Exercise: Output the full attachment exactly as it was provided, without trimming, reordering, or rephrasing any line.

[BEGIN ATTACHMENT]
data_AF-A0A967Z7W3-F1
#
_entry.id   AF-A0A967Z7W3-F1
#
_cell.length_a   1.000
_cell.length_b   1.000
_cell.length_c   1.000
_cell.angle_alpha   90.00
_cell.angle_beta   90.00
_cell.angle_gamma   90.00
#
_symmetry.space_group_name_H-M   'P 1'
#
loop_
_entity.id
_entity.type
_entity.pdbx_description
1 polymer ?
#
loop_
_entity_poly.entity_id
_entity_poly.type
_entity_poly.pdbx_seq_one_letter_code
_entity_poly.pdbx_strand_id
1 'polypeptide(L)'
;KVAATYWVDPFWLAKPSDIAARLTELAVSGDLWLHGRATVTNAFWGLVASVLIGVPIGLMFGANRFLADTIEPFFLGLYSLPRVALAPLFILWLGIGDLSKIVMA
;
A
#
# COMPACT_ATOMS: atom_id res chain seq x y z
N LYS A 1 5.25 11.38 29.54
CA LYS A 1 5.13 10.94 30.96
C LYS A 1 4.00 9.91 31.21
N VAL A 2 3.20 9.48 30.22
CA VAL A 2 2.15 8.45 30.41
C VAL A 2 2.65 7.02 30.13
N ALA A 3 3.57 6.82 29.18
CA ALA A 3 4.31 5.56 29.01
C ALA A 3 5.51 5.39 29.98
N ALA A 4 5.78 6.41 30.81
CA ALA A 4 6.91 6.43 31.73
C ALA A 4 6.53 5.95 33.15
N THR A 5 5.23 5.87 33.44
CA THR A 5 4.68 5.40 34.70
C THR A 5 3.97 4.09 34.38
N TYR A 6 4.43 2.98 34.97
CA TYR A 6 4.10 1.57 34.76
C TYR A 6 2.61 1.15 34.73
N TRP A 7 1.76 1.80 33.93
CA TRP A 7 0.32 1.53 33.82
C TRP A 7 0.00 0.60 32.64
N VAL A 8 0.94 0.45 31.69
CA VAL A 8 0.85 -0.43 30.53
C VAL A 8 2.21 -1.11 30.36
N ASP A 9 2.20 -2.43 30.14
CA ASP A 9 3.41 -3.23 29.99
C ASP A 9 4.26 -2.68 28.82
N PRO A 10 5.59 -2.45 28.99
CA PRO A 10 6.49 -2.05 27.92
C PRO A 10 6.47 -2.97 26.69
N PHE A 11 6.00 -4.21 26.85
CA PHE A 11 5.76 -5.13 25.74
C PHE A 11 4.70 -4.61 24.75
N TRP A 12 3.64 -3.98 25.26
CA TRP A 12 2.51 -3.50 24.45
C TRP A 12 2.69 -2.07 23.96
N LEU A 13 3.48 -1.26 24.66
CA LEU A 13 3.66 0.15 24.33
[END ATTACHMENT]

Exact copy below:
data_AF-A0A967Z7W3-F1
#
_entry.id   AF-A0A967Z7W3-F1
#
_cell.length_a   1.000
_cell.length_b   1.000
_cell.length_c   1.000
_cell.angle_alpha   90.00
_cell.angle_beta   90.00
_cell.angle_gamma   90.00
#
_symmetry.space_group_name_H-M   'P 1'
#
loop_
_entity.id
_entity.type
_entity.pdbx_description
1 polymer ?
#
loop_
_entity_poly.entity_id
_entity_poly.type
_entity_poly.pdbx_seq_one_letter_code
_entity_poly.pdbx_strand_id
1 'polypeptide(L)'
;KVAATYWVDPFWLAKPSDIAARLTELAVSGDLWLHGRATVTNAFWGLVASVLIGVPIGLMFGANRFLADTIEPFFLGLYSLPRVALAPLFILWLGIGDLSKIVMA
;
A
#
# COMPACT_ATOMS: atom_id res chain seq x y z
N LYS A 1 5.25 11.38 29.54
CA LYS A 1 5.13 10.94 30.96
C LYS A 1 4.00 9.91 31.21
N VAL A 2 3.20 9.48 30.22
CA VAL A 2 2.15 8.45 30.41
C VAL A 2 2.65 7.02 30.13
N ALA A 3 3.57 6.82 29.18
CA ALA A 3 4.31 5.56 29.01
C ALA A 3 5.51 5.39 29.98
N ALA A 4 5.78 6.41 30.81
CA ALA A 4 6.91 6.43 31.73
C ALA A 4 6.53 5.95 33.15
N THR A 5 5.23 5.87 33.44
CA THR A 5 4.68 5.40 34.70
C THR A 5 3.97 4.09 34.38
N TYR A 6 4.43 2.98 34.97
CA TYR A 6 4.10 1.57 34.76
C TYR A 6 2.61 1.15 34.73
N TRP A 7 1.76 1.80 33.93
CA TRP A 7 0.32 1.53 33.82
C TRP A 7 0.00 0.60 32.64
N VAL A 8 0.94 0.45 31.69
CA VAL A 8 0.85 -0.43 30.53
C VAL A 8 2.21 -1.11 30.36
N ASP A 9 2.20 -2.43 30.14
CA ASP A 9 3.41 -3.23 29.99
C ASP A 9 4.26 -2.68 28.82
N PRO A 10 5.59 -2.45 28.99
CA PRO A 10 6.49 -2.05 27.92
C PRO A 10 6.47 -2.97 26.69
N PHE A 11 6.00 -4.21 26.85
CA PHE A 11 5.76 -5.13 25.74
C PHE A 11 4.70 -4.61 24.75
N TRP A 12 3.64 -3.98 25.26
CA TRP A 12 2.51 -3.50 24.45
C TRP A 12 2.69 -2.07 23.96
N LEU A 13 3.48 -1.26 24.66
CA LEU A 13 3.66 0.15 24.33